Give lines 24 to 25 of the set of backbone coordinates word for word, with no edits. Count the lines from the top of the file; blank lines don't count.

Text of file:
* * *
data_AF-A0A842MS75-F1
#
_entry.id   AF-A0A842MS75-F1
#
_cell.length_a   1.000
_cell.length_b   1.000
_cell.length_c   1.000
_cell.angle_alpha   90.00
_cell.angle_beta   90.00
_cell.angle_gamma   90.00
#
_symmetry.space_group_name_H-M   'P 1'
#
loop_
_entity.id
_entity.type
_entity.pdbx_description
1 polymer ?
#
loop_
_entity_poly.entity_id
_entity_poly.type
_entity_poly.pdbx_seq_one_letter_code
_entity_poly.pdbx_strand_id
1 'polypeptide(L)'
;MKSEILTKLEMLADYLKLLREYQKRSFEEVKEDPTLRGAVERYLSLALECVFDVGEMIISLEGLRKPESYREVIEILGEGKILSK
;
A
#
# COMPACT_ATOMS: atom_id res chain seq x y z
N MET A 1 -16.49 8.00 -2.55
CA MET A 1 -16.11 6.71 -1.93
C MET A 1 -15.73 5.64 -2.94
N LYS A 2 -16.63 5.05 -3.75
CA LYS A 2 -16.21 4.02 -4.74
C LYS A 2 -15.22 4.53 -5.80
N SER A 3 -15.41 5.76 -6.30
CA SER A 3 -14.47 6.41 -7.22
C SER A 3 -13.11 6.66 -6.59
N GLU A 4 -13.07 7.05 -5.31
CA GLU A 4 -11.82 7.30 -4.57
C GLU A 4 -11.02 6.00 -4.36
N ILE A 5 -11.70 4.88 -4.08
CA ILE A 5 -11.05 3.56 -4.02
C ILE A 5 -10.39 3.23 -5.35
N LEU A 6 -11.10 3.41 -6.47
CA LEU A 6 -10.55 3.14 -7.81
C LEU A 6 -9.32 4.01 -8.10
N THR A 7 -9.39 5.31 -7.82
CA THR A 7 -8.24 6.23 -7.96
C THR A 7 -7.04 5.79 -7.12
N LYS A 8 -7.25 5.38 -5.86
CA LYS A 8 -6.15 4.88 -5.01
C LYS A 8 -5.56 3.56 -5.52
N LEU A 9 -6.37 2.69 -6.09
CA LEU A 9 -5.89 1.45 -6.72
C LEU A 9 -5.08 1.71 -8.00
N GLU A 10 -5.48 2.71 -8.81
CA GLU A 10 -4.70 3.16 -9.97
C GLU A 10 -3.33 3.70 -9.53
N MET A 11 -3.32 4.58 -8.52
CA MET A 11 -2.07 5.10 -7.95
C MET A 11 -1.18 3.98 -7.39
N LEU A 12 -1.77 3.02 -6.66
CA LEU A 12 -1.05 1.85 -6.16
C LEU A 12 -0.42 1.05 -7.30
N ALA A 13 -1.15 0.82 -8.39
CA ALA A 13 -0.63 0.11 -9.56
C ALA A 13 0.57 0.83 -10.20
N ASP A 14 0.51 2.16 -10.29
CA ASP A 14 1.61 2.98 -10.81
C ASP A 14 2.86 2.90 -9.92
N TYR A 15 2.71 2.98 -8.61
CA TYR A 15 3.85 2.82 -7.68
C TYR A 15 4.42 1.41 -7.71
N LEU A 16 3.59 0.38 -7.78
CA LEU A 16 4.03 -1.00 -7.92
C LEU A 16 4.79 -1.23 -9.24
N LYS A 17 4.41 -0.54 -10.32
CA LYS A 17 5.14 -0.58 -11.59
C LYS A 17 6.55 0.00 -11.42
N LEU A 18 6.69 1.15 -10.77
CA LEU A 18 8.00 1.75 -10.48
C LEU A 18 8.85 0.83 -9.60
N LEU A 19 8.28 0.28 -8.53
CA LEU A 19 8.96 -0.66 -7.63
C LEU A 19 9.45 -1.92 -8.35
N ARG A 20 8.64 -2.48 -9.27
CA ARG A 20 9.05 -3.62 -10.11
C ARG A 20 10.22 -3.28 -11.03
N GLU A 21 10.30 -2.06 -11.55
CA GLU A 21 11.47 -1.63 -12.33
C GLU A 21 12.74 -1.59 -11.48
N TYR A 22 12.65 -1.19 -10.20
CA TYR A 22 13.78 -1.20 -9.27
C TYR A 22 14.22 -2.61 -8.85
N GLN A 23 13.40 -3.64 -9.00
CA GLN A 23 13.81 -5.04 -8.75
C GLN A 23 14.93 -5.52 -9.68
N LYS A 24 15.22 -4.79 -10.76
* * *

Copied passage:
_entity_poly.pdbx_strand_id
1 'polypeptide(L)'